• Cream – Used in dishes like the popular chicken tikka masala, a great replacement for cream in dishes is coconut milk, coconut cream, or cashew cream.

  • Grains

    • Rice – Yes, Indians eat a lot of rice. Though our beloved Basmati is Paleo friendly, the grain doesn’t make it on the list of Whole30 compatible foods so swap this out with cauliflower rice or ditch the rice altogether.

    • Bread – Naan, Chapati, Roti, Phulka, or whatever you eat or call it, it’s 100% off-limits. This isn’t only because of the grains used to make them, but also because of the dependency most of us have on these favorite flatbreads. I know you will miss it, but I promise your food will still taste good without it.

  • Legumes

    • Dal – This is a big one. It’s a staple in almost every Indian home and even with the proper soaking, sprouting, cooking, and adding of digestive aiding spices… you will still have to forgo it for the full 30 days. Why? Legumes are known to cause digestive issues and contain phytates, both of which impact Gut health and don’t pass the Whole30’s “Good Food standard”. At the end of the day, it’s only 30 days and you might find your dal wasn’t as innocent as you thought it was.

    • Peas – Peas are used a lot in Indian mixed vegetable recipes or ground meat dishes like Keema. They used to be off-limits during a Whole30, but I am excited to say there was a change in the rules as of March 2020. As per the Whole30 website – “We’re adding an exception for peas, which means that sugar snap peas, snow peas, green peas, yellow peas, and split peas are allowed during your Whole30". Yay!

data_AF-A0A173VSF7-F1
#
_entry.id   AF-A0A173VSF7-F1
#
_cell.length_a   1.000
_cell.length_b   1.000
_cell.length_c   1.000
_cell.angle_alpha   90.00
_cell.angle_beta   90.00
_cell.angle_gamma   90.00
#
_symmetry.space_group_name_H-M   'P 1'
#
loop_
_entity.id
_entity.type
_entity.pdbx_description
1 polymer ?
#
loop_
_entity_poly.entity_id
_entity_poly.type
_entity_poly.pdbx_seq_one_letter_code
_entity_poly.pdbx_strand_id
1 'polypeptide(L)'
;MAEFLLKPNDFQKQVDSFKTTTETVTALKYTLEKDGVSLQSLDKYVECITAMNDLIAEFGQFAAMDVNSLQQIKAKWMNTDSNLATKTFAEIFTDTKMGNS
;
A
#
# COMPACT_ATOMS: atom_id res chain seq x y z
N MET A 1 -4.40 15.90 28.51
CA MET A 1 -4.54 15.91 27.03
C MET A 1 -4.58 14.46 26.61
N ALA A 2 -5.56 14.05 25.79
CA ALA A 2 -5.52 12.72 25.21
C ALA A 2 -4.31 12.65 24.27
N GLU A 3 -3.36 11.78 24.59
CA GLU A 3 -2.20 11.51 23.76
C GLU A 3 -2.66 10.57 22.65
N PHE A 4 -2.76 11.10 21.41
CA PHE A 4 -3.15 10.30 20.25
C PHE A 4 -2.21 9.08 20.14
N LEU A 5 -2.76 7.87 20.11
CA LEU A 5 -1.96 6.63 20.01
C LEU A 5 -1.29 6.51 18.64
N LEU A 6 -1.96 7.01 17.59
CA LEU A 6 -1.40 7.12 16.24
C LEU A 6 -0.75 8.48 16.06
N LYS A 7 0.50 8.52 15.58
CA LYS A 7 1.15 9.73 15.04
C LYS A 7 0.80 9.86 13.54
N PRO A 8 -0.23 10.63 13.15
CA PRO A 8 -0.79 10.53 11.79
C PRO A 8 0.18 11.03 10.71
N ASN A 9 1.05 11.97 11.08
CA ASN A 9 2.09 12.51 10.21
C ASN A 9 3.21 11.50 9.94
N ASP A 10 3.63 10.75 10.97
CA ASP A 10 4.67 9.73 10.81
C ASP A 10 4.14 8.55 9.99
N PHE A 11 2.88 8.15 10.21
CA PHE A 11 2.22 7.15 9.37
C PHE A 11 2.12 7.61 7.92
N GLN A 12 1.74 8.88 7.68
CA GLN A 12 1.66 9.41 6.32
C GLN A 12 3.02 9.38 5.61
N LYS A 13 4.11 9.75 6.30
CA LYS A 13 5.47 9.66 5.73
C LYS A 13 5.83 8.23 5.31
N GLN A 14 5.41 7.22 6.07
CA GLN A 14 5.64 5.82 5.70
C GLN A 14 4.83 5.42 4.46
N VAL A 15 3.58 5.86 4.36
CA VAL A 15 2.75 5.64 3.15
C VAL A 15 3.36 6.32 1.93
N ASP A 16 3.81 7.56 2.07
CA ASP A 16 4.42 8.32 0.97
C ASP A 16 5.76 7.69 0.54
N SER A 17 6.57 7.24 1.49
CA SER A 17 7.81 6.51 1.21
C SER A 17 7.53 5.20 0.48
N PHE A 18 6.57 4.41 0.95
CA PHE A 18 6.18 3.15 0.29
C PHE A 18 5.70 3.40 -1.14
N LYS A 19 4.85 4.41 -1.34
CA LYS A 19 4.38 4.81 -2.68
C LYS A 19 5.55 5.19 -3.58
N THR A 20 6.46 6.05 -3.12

When I did my first Whole30, many of the foods I had were traditional Indian dishes. They were extremely satisfying even without the above listed watch-out foods.  Here are a few of my favorite Indian dishes that I hope will satisfy your cravings and make your Whole30 a tastier and more exciting one!


Prawn Masala

Turmeric Lemon Cauliflower Rice

Classic Indian Chicken Curry

Chicken Curry Salad

Masala Omelette

Curried Cauliflower Soup

South Indian Coconut Prawn Curry

Lamb Keema

Desi Tuna Salad

Paleo Vegetable Korma

Goan Fish Curry

Paleo Chicken Tikka Masala

Paleo Poriyal

Paleo Hariyali Chicken Tikka

Chicken Saagwala

Masala Sweet Potato Fries

Ghee (Clarified Butter)

Turmeric Golden Latte

Vegan Masala Chai

Masala Milk

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Hi! this is a really good article! I am definitely going share it with friends and family. Being a clinical psychologist and now reading new researches on the impact gut health has on mental health I will definitely give this a try! But could you suggest a few dishes a vegetarian Indian could plan for the diet. or could you suggest ingredients that could be used as an alternative to the non vegetarian ingredients in the recipes that you have shared.